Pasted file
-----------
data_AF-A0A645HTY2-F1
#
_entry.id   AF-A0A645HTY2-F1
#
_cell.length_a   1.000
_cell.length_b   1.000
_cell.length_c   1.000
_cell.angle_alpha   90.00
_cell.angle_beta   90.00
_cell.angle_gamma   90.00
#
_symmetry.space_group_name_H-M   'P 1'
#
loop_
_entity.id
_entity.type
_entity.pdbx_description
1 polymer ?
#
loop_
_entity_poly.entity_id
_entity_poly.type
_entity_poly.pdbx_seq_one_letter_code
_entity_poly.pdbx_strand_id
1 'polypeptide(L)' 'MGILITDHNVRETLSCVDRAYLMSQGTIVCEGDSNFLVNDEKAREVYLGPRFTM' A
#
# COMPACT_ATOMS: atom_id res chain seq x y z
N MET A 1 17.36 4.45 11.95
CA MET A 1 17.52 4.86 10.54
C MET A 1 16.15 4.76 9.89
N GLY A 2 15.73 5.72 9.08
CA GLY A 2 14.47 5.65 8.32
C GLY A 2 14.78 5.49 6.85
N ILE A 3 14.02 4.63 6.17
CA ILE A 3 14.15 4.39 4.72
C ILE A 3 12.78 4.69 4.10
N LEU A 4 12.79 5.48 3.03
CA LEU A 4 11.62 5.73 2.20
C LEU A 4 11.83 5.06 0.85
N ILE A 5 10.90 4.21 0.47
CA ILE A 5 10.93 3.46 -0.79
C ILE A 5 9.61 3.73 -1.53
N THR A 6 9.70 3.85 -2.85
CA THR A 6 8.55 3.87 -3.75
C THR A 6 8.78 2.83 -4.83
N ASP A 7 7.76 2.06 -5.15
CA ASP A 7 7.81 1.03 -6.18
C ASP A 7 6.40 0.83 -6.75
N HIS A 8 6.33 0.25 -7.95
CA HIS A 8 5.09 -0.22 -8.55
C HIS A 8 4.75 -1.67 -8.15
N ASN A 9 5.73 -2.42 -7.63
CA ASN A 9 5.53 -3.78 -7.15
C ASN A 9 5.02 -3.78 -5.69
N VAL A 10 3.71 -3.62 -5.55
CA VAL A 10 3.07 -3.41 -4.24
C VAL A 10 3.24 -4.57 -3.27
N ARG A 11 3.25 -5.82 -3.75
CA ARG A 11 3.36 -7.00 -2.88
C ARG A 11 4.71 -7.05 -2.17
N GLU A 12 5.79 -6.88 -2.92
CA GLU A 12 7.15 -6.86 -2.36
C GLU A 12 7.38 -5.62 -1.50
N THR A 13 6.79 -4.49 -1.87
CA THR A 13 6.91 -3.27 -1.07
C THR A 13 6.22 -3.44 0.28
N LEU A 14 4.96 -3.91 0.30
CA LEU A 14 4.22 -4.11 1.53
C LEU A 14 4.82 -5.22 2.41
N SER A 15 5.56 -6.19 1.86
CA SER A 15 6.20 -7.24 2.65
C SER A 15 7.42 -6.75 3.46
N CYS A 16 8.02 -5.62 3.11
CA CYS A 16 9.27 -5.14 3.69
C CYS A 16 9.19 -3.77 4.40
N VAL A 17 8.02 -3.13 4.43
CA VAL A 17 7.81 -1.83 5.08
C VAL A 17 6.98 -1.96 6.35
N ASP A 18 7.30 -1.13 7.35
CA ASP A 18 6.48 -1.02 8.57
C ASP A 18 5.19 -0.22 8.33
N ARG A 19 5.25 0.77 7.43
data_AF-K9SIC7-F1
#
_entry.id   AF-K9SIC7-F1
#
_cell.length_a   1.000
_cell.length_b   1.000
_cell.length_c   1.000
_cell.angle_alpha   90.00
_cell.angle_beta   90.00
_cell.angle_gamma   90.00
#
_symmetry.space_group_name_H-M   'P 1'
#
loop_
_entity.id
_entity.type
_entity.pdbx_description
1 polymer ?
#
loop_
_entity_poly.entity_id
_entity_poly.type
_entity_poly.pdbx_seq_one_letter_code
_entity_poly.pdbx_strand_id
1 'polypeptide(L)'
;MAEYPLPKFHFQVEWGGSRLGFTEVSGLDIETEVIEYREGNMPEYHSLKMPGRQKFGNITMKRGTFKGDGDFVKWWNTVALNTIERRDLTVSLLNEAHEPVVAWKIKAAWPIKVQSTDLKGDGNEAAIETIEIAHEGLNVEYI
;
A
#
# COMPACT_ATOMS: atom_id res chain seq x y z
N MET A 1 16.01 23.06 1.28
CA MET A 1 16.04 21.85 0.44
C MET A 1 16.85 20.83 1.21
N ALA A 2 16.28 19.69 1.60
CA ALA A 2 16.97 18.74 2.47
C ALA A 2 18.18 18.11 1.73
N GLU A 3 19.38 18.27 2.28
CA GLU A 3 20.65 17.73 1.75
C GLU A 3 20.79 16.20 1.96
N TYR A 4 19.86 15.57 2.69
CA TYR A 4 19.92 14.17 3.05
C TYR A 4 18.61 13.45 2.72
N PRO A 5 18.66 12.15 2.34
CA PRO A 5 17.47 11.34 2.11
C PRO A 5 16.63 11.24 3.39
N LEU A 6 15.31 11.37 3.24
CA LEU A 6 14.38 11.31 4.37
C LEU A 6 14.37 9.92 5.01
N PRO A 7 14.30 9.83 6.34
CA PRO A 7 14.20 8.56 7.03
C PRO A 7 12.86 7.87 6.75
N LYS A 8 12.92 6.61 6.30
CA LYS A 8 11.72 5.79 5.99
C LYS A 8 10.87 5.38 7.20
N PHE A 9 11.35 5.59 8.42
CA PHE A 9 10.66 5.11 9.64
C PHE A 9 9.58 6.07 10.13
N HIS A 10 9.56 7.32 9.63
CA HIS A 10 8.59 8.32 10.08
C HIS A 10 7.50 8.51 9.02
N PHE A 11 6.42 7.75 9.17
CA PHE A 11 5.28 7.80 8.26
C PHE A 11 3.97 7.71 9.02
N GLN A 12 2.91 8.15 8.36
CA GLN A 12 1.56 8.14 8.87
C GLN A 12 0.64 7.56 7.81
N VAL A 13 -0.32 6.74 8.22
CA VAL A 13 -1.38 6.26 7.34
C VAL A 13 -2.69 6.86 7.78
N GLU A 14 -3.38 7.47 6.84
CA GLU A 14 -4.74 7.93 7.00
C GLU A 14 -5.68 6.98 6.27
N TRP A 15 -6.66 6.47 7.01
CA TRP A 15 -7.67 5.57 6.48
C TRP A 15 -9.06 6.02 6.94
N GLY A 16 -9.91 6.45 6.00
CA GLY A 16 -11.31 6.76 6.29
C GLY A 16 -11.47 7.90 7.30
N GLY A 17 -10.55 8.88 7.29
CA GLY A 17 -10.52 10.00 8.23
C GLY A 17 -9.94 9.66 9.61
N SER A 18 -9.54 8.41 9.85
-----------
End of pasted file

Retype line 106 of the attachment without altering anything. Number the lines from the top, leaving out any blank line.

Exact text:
_entity_poly.pdbx_strand_id